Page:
“helm upgrade -i rancher rancher-latest/rancher –create-namespace –namespace cattle-system –set hostname=rancher.$domain –set bootstrapPassword=bootStrapAllTheThings –set replicas=1 –set auditLog.level=2 –set auditLog.destination=hostPath”


V-252845 – Role must be User

This control is about adopting a tighter default user role for Rancher’s role-based access control (RBAC) – basically, to scope-in the default permissions. Fix Text: From the GUI, navigate to Triple Bar Symbol >> Users & Authentication. In the left navigation menu, click “Roles”

  • Click “Standard User”
  • At the top right, click the three dots, and then “Edit Config”
  • Under “New User Default”, select “No” and click “Save”
  • Click “User-Base”
  • At the top right, click the three dots, and then click “Edit Config”
  • Under “New User Default”, select “Yes”, and then click “Save”


V-252846 – Audit Record Storage

This control is for installing and using logging for maintaining application logs. Fix Text: Enable log aggregation: Navigate to Triple Bar Symbol. For each cluster in “EXPLORE CLUSTER”:

  • Select “Cluster”.
  • Select “Cluster Tools” (bottom left)
  • In the “Logging Block”, select “Install”
  • Select the newest version of logging in the dropdown
  • Open the “Install into Project Dropdown”
  • Select the Project (Note: Kubernetes STIG requires creating new project & namespace for deployments. Using Default or System is not best practice.)
  • Click “Next”
  • Review the options and click “Install”


V-252847 – Never automatically remove or disable emergency accounts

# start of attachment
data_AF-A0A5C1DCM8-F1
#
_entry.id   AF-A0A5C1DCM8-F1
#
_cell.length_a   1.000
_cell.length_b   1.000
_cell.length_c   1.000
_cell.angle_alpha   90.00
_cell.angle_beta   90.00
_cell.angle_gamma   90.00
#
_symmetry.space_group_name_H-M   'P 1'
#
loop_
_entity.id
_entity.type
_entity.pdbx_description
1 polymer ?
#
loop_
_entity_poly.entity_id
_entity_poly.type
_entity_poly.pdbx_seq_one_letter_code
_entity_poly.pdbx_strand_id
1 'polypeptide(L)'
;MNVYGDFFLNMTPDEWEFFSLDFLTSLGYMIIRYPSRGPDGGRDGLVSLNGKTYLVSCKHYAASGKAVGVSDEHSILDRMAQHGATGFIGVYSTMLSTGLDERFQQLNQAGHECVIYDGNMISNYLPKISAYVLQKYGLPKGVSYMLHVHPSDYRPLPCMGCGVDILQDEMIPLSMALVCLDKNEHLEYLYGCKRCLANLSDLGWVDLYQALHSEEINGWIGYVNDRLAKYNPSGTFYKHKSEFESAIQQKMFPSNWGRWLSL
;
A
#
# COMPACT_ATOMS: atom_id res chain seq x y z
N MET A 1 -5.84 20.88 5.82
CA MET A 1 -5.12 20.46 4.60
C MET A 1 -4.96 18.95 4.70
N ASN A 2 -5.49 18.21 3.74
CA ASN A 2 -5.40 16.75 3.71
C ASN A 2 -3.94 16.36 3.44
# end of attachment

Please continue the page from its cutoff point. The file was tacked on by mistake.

This control ensures that the local administrator emergency account is still active. Fix Text: Ensure local emergency admin account has not been removed and is the only Local account.

Navigate to the Triple Bar Symbol >> Users & Authentication. In the left navigation menu, click “Users.” To Create a User:

  • Click “Create”
  • Complete the “Add User” form. Ensure Global Permissions are set to “Administrator”
  • Click “Create”

To Delete a User:

  • Select the user and click “Delete”


V-252848 – Enforce organization-defined circumstances and/or usage conditions for organization-defined accounts.

This control should be simple. Please ensure that you are an enterprise-signed certificate. Fix Text: Update the secrets to contain valid certificates. Put the correct and valid DOD certificate and key in files called “tls.crt” and “tls.key”, respectively, and then run: “kubectl -n cattle-system create secret tls tls-rancher-ingress –cert=tls.crt –key=tls.key”

Upload the CA required for the certs by creating another file called “cacerts.pem” and running: “ kubectl -n cattle-system create secret generic tls-ca –from-file=cacerts.pem=./cacerts.pem”

The helm chart values need to be updated to include the check section: privateCA: true ingress: tls: ce: secret

Re-run helm upgrade with the new values for the certs to take effect.


V-252849 – Prohibit or restrict the use of protocols

This control is for limiting the ports that are allowed for ingress to the Rancher UI/API.

Fix Text: Navigate to Triple Bar Symbol >> Explore Cluster >> local From the kubectl shell (>_) execute the following:

kubectl patch -n cattle-system service rancher -p ‘{“spec”:{“ports”:[{“port”:443,”targetPort”:443}]}}’

# change the hostname to match your ingress URL.

export RANCHER_HOSTNAME=rancher.rfed.io

kubectl -n cattle-system patch ingress rancher -p “{\”metadata\”:{\”annotations\”:{\”nginx.ingress.Kubernetes.io/backend-protocol\”:\”HTTPS\”}},\”spec\”:{\”rules\”:[{\”host\”:\”$RANCHER_HOSTNAME\”,\”http\”:{\”paths\”:[{\”backend\”:{\”service\”:{\”name\”:\”rancher\”,\”port\”:{\”number\”:443}}},\”pathType\”:\”ImplementationSpecific\”}]}}]}}”

kubectl patch -n cattle-system service rancher –type=json -p ‘[{“op”:”remove”,”path”:”/spec/ports/0″}]’

Really, Just Seven Steps?

Really. Just seven steps.